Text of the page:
Last time, in Your brain is a stage with only four actors, we discovered a little about the prefrontal cortex and looked at David Rock’s “Actors on the stage” metaphor and applied it to my son’s early driving experiences.
In this post we get down to the nitty gritty of what is going on here and how we can apply it to learning in any situation.
David Rock calls them maps; I like to think of them as modules; either way what the brain does to overcome an overcrowded stage is to start to bring together a series of complex actions into one map or module.
In our driving lesson example, within a week Matthew has already started to write a “turn right” map. This contains all the data and actions required for a successful right turn. When he needs to turn right his brain brings the “turn right” map onto his prefrontal cortex stage and everything he needs is right there. While containing a lot of complexity (think of it as a zip file), a map takes up no more space than one actor so Matthew’s prefrontal cortex “stage” is not overloaded.
As we speak he is also creating:
- a “braking to a halt” map
- a “turning left” map
- a “starting on a hill” map
- a “reversing round a corner” map (although this one needs a lot of work!!)
- and all the other maps he needs to become a competent driver.
Over time these will evolve to become his “driving around town” map, his “driving on a motorway” map maybe a “driving at night” map.
People who have been driving for some time and have experienced many different driving situations just have a “driving” map which they pull onto their stage and then filter in or out the bits relevant to their current journey and circumstances ( driving at night in snow, driving in the day in rain…)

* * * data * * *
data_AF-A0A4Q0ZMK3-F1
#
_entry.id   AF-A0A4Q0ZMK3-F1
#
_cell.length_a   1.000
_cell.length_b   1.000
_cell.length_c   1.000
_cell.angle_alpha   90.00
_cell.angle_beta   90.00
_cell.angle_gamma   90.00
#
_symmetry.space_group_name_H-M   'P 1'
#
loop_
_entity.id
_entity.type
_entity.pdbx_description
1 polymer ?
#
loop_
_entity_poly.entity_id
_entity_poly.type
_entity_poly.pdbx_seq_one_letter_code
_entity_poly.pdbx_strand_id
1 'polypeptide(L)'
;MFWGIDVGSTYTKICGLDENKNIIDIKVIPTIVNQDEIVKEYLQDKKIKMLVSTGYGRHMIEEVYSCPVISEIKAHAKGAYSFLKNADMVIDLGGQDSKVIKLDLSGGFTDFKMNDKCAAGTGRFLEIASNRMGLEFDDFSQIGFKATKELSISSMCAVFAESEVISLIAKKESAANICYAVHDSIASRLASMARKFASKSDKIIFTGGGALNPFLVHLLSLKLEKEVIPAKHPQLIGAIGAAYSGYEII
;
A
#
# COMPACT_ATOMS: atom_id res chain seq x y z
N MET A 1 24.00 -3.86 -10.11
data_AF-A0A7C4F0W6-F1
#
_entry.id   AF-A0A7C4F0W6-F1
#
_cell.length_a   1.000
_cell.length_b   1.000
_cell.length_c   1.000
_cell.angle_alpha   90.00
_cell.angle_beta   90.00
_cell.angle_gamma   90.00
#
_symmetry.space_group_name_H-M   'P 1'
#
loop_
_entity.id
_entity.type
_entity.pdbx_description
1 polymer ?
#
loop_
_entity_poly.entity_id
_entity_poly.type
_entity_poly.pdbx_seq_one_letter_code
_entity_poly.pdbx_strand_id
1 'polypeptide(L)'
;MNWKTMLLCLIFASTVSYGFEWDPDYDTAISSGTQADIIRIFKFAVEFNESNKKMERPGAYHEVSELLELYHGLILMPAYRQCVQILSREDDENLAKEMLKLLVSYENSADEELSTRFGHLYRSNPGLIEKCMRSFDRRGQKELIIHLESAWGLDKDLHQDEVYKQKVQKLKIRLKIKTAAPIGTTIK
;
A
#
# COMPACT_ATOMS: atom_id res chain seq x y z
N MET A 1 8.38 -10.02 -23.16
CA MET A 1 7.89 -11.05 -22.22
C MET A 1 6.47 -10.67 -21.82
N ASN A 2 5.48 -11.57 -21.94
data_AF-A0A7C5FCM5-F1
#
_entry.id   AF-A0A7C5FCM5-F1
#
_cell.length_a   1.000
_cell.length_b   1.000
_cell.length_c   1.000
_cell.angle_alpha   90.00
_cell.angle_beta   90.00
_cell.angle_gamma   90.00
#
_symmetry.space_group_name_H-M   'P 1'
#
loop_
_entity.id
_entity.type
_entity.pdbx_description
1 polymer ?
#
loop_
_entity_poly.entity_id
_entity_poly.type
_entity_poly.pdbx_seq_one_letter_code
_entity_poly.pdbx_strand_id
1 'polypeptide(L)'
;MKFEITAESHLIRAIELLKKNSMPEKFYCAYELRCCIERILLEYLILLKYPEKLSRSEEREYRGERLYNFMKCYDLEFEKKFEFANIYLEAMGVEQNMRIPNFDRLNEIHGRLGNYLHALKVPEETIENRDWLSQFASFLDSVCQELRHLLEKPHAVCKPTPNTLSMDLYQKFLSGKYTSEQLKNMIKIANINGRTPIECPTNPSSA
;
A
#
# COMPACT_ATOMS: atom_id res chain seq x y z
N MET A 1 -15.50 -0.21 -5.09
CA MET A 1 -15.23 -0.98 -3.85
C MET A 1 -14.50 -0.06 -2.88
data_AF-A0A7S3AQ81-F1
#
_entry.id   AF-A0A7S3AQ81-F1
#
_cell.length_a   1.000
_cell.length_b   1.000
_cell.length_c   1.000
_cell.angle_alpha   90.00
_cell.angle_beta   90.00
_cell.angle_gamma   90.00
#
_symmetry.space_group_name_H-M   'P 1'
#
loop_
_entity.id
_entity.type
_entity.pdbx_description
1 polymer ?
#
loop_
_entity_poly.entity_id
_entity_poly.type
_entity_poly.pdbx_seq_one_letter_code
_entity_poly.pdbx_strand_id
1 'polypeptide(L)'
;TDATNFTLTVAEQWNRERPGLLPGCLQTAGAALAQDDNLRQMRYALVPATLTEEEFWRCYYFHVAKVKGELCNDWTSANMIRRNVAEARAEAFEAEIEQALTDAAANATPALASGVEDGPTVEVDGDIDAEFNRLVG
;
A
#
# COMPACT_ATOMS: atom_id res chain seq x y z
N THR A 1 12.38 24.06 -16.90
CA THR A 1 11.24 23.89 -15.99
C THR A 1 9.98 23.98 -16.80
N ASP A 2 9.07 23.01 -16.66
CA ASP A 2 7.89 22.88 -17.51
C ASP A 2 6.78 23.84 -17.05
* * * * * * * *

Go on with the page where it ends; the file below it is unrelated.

When Matthew ( and everyone else) reaches this point we say they are unconsciously competent. They now have extra room on their stage for the “listening to the radio” map or the “having a chat with the wife” map as well as the “driving” map. (Although the “driving” map has been universally regarded as incompatible with the “talking on a mobile” map – You decide!)
Clearly using Matthew’s experiences of learning to drive and applying David Rock’s “actors on a stage” metaphor to what I saw going on makes a lot of sense and has some serious implications for how people learn to incorporate new information or skills. And it clearly shows how learning and cutting edge neuroscience are intimately linked.
- We can now demonstrate that people can only cope with a limited number of processes at one time. The latest research suggest four is as many as we can cope with. This has serious implications for the amount of information we can expect people to process during training.
- We can also now demonstrate that the “processing stuff right now” part of the brain has a life span of about twenty minutes before it needs a clear out and a rest. This again means we need to design and facilitate carefully to ensure we respect this limitation in our brain’s abilities.
My call to action this week (and this is a biggie) is:
- Read Your Brain at Work
- Spend some time with your colleagues, peers and team members and see if you can figure out what this prefrontal cortex thingy is all about and what this means for you and your team.
- And when you’re done, write to us or leave a comment and tell us why you think this application of neuroscience is one of the most important and exciting pieces of research for L&D industry in years and how you will use it to revolutionise your training in the future.
San Fransisco map image by Dollar Bin Dead man talking image by vikisuzan